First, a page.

DNFing isn't the most pleasant choice a reader has to make, but sometimes it's inevitable. This can be a tricky decision if you're a book blogger / reviewer. When you don't finish a book, can you review it? Should you review it? Come discuss!
I have a confession
I used to DNF a lot of books. I have an unhealthy amount of books on my DNF shelf on GoodReads (about 20+). I rarely DNF books now, and use all my willpower to reach the finish line. Hopefully, the number won't be increasing anytime soon.
Going back to DNF reviews, let's take a look at the
If you haven't fully experienced the events of a book, you can't possibly give your readers a full explanation, with the whys and hows and whats they're looking for in your review.
If you don't finish a book, you never know whether your opinion is going to change or not. For all you know, you could end up loving the half of it you haven't read due to a specific turn of the plot.
You can't possibly write a detailed review if you haven't finished a book, which is why most people make it pretty clear that from the start that it's the review of a book they haven't finished reading so the readers can be cautious.
If you're still hellbent on making your reviews detailed, you can try skim-reading until the end in search for some important points. Avoiding errors and wrong information is extremely important, or one mistake might be where your readers start to suspect the accuracy of your reviews.
On the positive side..
DNF reviews will help your readers know why you abandoned the book so they can decide whether they want the book or not. They can be influential, and often, accurate. Almost 80% of the time, it's not like a book will miraculously become excellent after it becomes obvious that nothing is going get better.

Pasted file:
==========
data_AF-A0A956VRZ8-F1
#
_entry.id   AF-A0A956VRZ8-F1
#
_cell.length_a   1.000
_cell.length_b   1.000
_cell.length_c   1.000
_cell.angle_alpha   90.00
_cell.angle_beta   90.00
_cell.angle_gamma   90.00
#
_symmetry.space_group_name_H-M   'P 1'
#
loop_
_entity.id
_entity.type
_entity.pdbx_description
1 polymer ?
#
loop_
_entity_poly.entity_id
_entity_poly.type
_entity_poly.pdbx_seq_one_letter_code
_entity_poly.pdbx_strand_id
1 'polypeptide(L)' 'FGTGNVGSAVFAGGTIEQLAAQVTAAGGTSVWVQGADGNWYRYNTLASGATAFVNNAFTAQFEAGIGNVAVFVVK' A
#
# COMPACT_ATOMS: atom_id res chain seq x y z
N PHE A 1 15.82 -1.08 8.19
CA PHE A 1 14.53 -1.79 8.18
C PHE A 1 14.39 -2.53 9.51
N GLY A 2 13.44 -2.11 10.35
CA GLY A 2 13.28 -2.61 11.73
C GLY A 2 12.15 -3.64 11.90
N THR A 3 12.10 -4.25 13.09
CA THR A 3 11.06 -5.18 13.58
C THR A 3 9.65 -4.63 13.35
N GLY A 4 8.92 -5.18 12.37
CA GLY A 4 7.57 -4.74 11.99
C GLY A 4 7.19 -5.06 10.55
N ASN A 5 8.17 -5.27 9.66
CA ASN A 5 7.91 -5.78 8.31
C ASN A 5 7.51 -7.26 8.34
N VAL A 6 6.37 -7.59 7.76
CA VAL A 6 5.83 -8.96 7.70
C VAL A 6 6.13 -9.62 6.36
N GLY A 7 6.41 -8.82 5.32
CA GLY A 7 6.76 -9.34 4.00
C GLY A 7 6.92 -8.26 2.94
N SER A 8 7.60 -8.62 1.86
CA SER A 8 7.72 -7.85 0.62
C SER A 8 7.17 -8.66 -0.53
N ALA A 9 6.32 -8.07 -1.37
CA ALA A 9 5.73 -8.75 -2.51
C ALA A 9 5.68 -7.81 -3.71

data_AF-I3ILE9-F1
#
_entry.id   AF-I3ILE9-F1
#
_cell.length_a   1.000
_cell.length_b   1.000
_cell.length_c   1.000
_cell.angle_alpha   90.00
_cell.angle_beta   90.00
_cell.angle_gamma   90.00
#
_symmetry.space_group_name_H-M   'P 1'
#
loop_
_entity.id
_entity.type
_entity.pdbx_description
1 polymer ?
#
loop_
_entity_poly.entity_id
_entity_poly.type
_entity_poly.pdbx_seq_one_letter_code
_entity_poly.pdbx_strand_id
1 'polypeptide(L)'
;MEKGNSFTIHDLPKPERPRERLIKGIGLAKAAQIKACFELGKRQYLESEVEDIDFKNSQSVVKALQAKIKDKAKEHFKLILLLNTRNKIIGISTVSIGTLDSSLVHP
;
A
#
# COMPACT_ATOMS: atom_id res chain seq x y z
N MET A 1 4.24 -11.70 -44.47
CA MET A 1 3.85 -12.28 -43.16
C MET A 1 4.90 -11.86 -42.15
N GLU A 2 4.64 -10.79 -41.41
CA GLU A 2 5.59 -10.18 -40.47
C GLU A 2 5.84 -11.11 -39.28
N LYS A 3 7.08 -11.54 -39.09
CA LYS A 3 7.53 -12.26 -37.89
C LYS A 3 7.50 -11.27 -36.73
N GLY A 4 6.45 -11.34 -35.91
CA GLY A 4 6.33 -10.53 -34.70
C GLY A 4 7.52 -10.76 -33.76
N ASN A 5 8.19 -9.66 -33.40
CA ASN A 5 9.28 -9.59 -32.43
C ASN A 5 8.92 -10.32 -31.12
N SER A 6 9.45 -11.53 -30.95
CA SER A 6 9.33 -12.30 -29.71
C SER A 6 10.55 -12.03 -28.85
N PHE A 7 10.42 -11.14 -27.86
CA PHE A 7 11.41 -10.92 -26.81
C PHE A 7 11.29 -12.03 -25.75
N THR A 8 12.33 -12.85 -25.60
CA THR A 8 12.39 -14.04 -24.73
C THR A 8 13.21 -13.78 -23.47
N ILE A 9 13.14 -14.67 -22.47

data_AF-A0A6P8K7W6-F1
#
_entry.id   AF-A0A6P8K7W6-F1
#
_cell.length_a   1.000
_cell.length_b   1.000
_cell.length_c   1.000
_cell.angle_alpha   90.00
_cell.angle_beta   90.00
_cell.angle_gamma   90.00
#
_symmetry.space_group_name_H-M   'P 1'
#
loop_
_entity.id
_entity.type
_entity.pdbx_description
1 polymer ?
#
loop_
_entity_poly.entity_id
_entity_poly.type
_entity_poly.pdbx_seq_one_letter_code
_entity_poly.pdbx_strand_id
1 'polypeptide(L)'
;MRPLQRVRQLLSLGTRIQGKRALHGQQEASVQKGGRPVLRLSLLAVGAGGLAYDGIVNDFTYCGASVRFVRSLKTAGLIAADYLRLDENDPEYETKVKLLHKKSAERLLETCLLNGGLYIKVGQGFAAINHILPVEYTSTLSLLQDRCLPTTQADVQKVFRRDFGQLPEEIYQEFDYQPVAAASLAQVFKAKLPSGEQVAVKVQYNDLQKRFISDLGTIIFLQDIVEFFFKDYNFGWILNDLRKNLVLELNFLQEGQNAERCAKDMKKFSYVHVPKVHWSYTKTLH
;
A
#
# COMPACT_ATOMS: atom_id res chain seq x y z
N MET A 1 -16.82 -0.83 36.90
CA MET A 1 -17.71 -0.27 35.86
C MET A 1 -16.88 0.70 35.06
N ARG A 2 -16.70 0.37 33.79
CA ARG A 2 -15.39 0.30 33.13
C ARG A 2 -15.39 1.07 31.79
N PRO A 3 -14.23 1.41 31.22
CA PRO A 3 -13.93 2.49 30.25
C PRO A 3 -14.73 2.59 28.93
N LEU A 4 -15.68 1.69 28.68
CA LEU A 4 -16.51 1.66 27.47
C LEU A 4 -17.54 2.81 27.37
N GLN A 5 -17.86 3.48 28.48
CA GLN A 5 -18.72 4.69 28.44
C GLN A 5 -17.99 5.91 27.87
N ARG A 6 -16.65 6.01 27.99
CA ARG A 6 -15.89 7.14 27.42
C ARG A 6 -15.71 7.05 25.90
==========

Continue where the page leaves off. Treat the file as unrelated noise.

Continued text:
About review copies
When authors/publishers send you review copies, I believe it's a completely different situation. I don't think it's quite fair not to finish the book when they've so generously provided you with a review copy. I feel it's best if you somehow finish the book, and share your honest opinion afterwards.
It all depends on your personal choice. If finishing the book makes it to your list of all time nightmares, then you might want to consider other options, like the easy way out which is abandoning the book.
If you want to review it, you can write a DNF review, focusing mainly on what lead you to DNFing the particular book.
Now, let's talk about you.
What do you think about DNF reviews?
How often do you DNF books?